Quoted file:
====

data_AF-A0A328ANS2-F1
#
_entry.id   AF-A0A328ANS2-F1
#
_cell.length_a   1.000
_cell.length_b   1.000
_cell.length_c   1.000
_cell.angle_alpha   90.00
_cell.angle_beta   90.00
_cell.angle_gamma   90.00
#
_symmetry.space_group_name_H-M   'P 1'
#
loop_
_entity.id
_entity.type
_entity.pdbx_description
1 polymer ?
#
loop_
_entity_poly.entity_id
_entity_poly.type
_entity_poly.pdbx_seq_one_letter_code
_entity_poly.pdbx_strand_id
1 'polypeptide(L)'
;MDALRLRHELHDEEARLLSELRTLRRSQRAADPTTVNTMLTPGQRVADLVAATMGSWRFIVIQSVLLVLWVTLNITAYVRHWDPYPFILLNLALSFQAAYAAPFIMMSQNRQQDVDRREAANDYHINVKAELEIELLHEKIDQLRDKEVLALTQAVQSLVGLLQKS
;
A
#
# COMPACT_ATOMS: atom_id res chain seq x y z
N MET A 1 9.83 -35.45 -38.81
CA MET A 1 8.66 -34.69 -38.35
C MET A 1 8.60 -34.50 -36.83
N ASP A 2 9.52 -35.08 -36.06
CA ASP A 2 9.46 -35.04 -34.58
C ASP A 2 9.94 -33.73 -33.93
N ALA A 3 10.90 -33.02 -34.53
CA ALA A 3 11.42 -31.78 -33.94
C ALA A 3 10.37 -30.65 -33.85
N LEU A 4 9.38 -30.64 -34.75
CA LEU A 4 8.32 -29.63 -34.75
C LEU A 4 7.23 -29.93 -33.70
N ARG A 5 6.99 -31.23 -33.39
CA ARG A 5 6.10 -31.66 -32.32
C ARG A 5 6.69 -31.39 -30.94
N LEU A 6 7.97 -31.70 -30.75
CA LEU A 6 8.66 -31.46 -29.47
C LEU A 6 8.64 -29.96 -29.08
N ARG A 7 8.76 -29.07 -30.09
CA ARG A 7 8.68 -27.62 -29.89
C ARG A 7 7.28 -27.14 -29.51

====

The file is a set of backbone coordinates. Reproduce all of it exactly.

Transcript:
data_AF-A0A328ANS2-F1
#
_entry.id   AF-A0A328ANS2-F1
#
_cell.length_a   1.000
_cell.length_b   1.000
_cell.length_c   1.000
_cell.angle_alpha   90.00
_cell.angle_beta   90.00
_cell.angle_gamma   90.00
#
_symmetry.space_group_name_H-M   'P 1'
#
loop_
_entity.id
_entity.type
_entity.pdbx_description
1 polymer ?
#
loop_
_entity_poly.entity_id
_entity_poly.type
_entity_poly.pdbx_seq_one_letter_code
_entity_poly.pdbx_strand_id
1 'polypeptide(L)'
;MDALRLRHELHDEEARLLSELRTLRRSQRAADPTTVNTMLTPGQRVADLVAATMGSWRFIVIQSVLLVLWVTLNITAYVRHWDPYPFILLNLALSFQAAYAAPFIMMSQNRQQDVDRREAANDYHINVKAELEIELLHEKIDQLRDKEVLALTQAVQSLVGLLQKS
;
A
#
# COMPACT_ATOMS: atom_id res chain seq x y z
N MET A 1 9.83 -35.45 -38.81
CA MET A 1 8.66 -34.69 -38.35
C MET A 1 8.60 -34.50 -36.83
N ASP A 2 9.52 -35.08 -36.06
CA ASP A 2 9.46 -35.04 -34.58
C ASP A 2 9.94 -33.73 -33.93
N ALA A 3 10.90 -33.02 -34.53
CA ALA A 3 11.42 -31.78 -33.94
C ALA A 3 10.37 -30.65 -33.85
N LEU A 4 9.38 -30.64 -34.75
CA LEU A 4 8.32 -29.63 -34.75
C LEU A 4 7.23 -29.93 -33.70
N ARG A 5 6.99 -31.23 -33.39
CA ARG A 5 6.10 -31.66 -32.32
C ARG A 5 6.69 -31.39 -30.94
N LEU A 6 7.97 -31.70 -30.75
CA LEU A 6 8.66 -31.46 -29.47
C LEU A 6 8.64 -29.96 -29.08
N ARG A 7 8.76 -29.07 -30.09
CA ARG A 7 8.68 -27.62 -29.89
C ARG A 7 7.28 -27.14 -29.51